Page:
In Search of a Physics of Cytoplasm

John Grant Watterson

18 Tomanbil Terrace, Ashmore, 4214 Queensland. Australia


(retired: formerly of Faculty of Science and Engineering, Griffith University, Griffith University, Queensland, Australia)

Keywords: cytoplasm, gel, water structure, protein structure, molecular machine

Received:  February 2, 2018; Revised: May 24, 2018; Accepted: May 25, 2018; Published: Date July 15, 2018; Available Online: July 15, 2018

DOI: 10.14294/WATER.2018.4



At the present time we do not have a theoretical understanding of the physics of cytoplasm. For the greater part of the last century, cell biologists reflexively accepted the physicochemistry of the cell as an extension of reductionist classical thermodynamics. This meant that the physics of the cell was viewed as a collection of random events obeying the laws of statistical mechanics, and its chemistry viewed essentially as a collection of test-tube reactions. During the 1990s however, this general view became overshadowed, and eventually replaced, by more holistic approaches. The awarding of the Nobel Prize to Boyer and Walker in 1997 for mapping the molecular structure and function of ATP synthase carried with it the implication that biologists of all persuasions accepted their model, thereby legitimizing molecular modeling of protein machines as a scientific method. However, biologists utilizing these methods ignore basic energetic questions concerning the role of the medium in stabilizing their machines, and even more importantly, the medium’s role as an active participant in molecular mechanisms. On the reverse side of the same proverbial coin, the failure of the IBM Blue Gene Project launched in 1999 to solve protein structure using the classical approach of free energy minimization, revealed the inability of thermodynamics to answer questions concerning the inner workings of biological processes. Here too, the approach ignored water’s role in generating physical forces exerted at the molecular level. In this review, I highlight fundamental problems with the current understanding of cytoplasm requiring urgent attention from physicists willing to approach the topic from a new perspective.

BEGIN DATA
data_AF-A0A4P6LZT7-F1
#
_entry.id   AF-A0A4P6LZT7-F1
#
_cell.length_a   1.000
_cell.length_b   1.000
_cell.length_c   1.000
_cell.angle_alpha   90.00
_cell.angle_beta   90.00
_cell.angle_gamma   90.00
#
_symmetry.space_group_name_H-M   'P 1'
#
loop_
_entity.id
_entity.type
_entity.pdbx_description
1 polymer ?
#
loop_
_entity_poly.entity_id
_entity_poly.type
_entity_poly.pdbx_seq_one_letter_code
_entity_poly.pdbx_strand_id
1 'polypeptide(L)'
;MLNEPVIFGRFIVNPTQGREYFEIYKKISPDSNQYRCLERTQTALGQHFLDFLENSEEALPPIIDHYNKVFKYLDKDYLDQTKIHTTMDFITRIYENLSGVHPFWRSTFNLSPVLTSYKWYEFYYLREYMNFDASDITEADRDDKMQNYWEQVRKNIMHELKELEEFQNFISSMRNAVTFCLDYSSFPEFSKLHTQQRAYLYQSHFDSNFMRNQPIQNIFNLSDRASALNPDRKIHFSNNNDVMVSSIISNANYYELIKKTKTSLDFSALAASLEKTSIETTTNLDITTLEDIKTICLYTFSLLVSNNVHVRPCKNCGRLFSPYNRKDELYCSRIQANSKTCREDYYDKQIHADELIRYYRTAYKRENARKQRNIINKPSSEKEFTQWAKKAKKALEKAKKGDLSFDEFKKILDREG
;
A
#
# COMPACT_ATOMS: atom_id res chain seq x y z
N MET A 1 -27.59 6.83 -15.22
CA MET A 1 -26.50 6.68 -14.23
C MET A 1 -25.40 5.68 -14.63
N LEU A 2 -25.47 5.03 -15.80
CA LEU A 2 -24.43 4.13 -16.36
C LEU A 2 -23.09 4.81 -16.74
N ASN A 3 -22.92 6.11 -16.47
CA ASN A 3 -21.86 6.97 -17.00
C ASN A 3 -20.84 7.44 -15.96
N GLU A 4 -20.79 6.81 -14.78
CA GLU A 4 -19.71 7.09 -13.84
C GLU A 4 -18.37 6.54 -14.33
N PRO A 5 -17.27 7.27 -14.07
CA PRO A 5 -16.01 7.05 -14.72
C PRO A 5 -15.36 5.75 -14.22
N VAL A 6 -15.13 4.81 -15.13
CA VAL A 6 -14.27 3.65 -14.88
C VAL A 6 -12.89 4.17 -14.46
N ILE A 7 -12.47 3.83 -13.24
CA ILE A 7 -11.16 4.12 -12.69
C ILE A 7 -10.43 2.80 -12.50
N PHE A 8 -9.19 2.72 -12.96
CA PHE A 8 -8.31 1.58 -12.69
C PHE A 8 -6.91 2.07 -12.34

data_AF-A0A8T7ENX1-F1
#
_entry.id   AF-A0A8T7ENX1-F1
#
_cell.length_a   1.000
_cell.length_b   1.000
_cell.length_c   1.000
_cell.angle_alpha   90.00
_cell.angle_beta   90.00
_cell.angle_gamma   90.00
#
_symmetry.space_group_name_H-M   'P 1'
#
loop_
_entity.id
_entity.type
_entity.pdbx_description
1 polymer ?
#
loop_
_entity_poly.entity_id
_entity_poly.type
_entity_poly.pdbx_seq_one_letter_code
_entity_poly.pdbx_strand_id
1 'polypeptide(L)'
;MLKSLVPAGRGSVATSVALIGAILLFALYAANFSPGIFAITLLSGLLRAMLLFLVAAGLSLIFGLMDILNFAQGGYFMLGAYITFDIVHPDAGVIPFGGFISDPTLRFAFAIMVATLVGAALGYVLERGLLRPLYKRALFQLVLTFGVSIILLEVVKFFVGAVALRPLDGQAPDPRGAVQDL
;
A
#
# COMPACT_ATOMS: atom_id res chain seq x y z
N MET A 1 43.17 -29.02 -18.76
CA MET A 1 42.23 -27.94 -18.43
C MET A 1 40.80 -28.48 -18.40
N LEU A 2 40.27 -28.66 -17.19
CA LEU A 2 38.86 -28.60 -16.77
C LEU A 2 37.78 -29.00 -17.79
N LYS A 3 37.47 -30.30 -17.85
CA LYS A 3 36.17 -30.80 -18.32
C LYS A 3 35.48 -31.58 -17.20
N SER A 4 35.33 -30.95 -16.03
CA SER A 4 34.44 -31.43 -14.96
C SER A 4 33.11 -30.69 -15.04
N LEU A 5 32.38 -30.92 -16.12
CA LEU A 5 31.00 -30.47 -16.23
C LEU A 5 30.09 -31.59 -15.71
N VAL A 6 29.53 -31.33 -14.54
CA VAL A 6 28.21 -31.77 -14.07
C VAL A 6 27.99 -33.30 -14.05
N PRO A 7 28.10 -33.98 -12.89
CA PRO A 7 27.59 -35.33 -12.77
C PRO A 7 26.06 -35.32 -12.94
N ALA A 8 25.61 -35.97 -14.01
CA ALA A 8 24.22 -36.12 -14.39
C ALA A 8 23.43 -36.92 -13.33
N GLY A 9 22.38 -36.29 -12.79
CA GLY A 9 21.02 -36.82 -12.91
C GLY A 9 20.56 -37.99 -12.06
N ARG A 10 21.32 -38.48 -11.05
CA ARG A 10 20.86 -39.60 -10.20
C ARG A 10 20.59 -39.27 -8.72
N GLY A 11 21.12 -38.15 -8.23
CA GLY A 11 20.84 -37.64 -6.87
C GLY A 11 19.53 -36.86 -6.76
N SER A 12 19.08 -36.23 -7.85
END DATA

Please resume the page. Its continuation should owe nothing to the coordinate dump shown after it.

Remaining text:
Read: Full Text | PDF | Volume 10

Close Menu